Adrienne said...

I don't eat bananas very often at all... I've thought about the fact that they're not local but hadn't thought about how the workers are treated. I don't know why not, it only makes sense considering the region that they come from. I'll check out the organic bananas next time I'm at the co-op.

Peak Oil Hausfrau said...

I am envious of all you people who have Whole Foods, Wild Oats, Trader Joe's, etc. We have good local Farmer's Markets and a Food Co-op, but no grocery store that I have ever seen carries organic produce here in OKC. The stores have organic canned items, but not produce. Actually, Akins carries some, if you want to pay $13 a pound for wilted broccoli. No, I'm not kidding.

So...after my whining...I do eat bananas, and not organic fair trade ones. Just industrial full-of-cruelty bananas.

Beany said...

We gave them up. I can't find local ones here in San Diego. However, we eat them when offered at potlucks and the like where they're organic.

Elisabeth said...

I don't really eat bananas anymore. I grew up on the bay in southeast Houston, where bananas grow like weeds. I think my mom got a starter plant from a seed sharing group. Bananas are nearly impossible to get rid of once they start growing, so I think she ended up regretting ever planting it. So, needless to say, we had plenty of very local bananas growing up. Now I don't really like store-bought bananas after having fresh ones for so long. They just taste so different. When I do buy them, I buy Chiquita or Dole organic, but they taste blah for sure.

Heather said...

After reading "Banana: the fate of the fruit that changed the world" by Dan Koeppel about a year ago, I no longer have the desire to eat them. It opened my eyes so much to the painful process that made bananas so commonplace and cheap in countries like the US (where they can't really be grown on a large scale). The history of companies like United Fruit (Chiquita) and Dole is APPALLING.

And, there's no use getting attached to the Cavendish anyway- it will probably get wiped out by a blight or fungus just like the previously popular banana species Gros Michel, destroying arable land and killing (or sterilizing) workers with pesticide toxicity in the process. It's happened before...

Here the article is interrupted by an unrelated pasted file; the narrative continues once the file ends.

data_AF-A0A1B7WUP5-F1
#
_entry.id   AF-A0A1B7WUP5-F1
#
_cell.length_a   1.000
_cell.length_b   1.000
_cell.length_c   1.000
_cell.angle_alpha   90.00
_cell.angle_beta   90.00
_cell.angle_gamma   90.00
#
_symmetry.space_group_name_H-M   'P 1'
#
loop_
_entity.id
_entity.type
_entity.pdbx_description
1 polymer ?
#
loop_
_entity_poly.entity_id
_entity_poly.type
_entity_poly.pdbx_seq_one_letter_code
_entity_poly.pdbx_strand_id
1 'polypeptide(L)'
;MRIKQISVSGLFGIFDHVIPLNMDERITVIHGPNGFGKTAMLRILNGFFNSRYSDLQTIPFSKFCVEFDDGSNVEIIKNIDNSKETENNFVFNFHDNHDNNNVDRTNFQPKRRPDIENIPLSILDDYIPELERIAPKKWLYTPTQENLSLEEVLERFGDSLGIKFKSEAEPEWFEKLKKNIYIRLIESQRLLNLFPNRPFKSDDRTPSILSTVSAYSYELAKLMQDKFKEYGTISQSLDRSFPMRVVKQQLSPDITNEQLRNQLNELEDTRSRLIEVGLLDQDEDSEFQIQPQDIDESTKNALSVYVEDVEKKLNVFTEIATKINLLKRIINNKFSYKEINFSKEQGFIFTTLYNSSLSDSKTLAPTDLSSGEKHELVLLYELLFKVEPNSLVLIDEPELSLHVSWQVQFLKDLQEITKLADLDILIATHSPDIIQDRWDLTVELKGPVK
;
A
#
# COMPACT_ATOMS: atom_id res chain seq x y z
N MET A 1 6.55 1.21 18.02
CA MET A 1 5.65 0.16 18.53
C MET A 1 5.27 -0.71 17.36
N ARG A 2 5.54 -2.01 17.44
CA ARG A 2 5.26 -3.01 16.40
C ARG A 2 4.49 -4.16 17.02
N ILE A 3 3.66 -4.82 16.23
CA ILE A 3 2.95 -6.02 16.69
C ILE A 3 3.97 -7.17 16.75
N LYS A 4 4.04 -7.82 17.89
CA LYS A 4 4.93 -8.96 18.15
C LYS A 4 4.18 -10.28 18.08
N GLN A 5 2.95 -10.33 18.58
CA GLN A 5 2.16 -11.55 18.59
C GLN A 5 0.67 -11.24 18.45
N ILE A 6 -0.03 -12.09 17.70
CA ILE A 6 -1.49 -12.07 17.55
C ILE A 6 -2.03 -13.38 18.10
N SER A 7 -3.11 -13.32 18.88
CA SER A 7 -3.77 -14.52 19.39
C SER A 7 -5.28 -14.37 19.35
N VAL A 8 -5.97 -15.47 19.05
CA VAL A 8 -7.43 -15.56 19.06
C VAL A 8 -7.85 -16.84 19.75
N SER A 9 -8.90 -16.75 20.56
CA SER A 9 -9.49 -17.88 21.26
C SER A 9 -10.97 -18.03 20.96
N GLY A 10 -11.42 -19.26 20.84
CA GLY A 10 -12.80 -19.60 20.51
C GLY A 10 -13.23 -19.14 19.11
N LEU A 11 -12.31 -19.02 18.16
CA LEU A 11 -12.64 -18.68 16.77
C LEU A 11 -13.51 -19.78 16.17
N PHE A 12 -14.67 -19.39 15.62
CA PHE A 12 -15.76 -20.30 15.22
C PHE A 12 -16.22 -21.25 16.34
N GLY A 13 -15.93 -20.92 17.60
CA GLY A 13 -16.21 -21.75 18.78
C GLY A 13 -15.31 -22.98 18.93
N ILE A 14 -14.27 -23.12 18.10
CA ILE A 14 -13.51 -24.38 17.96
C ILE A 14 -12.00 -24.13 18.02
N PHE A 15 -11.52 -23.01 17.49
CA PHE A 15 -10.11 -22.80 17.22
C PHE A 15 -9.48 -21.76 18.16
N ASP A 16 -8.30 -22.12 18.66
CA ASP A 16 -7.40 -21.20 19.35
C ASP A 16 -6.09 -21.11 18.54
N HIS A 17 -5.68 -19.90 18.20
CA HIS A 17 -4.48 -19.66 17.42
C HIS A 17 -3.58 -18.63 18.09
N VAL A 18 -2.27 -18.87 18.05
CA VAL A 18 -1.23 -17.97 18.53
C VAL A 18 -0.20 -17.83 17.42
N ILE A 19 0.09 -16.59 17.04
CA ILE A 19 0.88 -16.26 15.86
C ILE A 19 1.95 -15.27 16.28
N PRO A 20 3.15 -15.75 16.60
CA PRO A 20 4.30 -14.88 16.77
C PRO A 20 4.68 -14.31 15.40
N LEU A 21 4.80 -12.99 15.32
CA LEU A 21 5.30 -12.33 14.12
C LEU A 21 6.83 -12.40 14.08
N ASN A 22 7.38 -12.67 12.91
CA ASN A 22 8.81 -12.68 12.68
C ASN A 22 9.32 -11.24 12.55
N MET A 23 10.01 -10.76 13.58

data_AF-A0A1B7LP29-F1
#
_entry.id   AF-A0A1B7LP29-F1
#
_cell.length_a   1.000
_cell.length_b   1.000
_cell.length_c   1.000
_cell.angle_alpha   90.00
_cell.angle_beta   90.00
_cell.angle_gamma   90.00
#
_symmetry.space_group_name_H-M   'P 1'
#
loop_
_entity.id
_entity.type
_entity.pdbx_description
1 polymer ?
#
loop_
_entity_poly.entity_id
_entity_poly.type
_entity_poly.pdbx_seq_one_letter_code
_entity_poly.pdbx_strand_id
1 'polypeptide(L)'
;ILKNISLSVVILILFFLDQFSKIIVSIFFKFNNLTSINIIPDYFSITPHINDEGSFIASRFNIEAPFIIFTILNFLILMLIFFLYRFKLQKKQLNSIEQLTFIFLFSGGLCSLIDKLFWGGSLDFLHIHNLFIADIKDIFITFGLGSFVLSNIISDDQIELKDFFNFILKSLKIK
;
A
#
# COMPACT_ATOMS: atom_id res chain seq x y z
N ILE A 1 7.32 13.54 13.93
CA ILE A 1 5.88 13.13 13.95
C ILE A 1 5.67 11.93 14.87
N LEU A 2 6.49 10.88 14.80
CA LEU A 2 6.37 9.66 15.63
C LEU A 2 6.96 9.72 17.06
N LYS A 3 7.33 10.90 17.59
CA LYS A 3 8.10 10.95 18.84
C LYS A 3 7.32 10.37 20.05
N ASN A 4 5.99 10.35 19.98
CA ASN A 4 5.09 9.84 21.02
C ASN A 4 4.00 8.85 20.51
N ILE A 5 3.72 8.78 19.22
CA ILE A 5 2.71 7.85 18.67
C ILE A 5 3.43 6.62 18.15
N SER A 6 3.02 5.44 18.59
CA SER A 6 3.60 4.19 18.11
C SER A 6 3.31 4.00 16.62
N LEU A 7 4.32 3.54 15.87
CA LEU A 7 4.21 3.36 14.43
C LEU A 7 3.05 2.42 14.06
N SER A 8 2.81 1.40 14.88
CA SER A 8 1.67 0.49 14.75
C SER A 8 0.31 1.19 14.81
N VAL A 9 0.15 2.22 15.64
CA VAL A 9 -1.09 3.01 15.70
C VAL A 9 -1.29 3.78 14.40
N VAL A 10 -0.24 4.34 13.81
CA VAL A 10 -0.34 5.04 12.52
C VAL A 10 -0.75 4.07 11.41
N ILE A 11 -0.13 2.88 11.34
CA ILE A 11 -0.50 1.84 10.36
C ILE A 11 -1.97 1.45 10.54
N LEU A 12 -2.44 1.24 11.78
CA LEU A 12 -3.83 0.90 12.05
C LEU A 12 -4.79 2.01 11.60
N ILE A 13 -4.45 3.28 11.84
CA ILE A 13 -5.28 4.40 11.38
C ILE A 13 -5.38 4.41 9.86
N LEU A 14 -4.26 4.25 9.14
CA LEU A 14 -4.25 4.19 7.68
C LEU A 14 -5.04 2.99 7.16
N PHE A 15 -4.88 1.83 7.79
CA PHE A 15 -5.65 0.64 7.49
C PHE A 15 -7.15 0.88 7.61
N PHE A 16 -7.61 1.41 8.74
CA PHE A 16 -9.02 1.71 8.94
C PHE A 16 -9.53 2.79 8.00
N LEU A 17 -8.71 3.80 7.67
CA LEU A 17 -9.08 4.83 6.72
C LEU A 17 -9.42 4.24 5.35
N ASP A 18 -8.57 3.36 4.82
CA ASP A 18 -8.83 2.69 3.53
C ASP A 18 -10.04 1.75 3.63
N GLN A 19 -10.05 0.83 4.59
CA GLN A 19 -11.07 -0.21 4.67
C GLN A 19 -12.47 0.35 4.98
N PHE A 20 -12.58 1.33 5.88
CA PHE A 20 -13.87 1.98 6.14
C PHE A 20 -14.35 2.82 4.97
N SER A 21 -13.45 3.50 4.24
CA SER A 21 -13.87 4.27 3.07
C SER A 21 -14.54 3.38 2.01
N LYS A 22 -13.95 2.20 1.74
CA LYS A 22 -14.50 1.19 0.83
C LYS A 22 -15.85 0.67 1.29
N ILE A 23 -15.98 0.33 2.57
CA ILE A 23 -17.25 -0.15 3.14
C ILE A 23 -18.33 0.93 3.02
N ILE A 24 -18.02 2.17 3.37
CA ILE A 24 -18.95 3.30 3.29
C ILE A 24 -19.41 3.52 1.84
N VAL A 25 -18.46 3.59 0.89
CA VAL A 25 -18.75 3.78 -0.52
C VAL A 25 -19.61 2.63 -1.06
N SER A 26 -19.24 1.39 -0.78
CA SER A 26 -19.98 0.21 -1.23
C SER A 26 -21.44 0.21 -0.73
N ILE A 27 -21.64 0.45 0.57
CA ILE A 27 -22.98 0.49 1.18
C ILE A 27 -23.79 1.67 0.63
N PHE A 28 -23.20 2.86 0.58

Sorry to be so blunt. The banana is a fruit with a really complicated back-story and an even more complicated future. I think the world would be a better place if Americans consumed fewer bananas. I like them, but my conscience wins this round.

Living Local Johnstown said...

I want to elaborate on Heather's comment. I did NOT read that book, but listened to a half hour of Fresh Air with the author of "Banana..." I totally agree with you, but here's a spin--I buy bananas when they are nearly completely unacceptable to eat traditionally. At this point, they are about $2 for a giant box, and you need to immediately freeze them for muffins later on, which I do, and I buy a box about once a year. I like bananas, but I usually buy them this way because I want to eat them, and feel like I'm buying something that would be thrown out in a day anyway. What does anyone think of that? I've fought with myself about this for a while. Thanks! Love the blog!

Marissa said...

Where do you get your GROW Bananas? I am a big banana eater (heh) and live in the Seattle area so I assume they are around here somewhere.

Deanna said...

Marissa - You can buy GROW bananas at any Town and Country Market (Greenwood, Ballard and Bainbridge).

Mimi said...

I LOVE bananas and eat them often. I, however, am lucky and live on an island with a variety of different types of bananas just in my back yard. I can't ever get through them all. I end up donating a bunch to the Butterfly Farm for the rainforest butterflies. I am a bit spoiledin that regard. However, I haven't had fresh raspberries in over a year. We just can't seem to grow them here and they are imported from REEEALLLY far.

Jenn said...

I just don't buy bananas - they are so non-local and so many problems that it is just not even a question.

When I lived in the south, I was able to get bananas growing in backyards - and visiting Kauai or Mexico, I'll eat bananas grown there.

Eating tree ripened bananas is completely different from what we get in stores so that I don't even bother eating bananas anymore at all.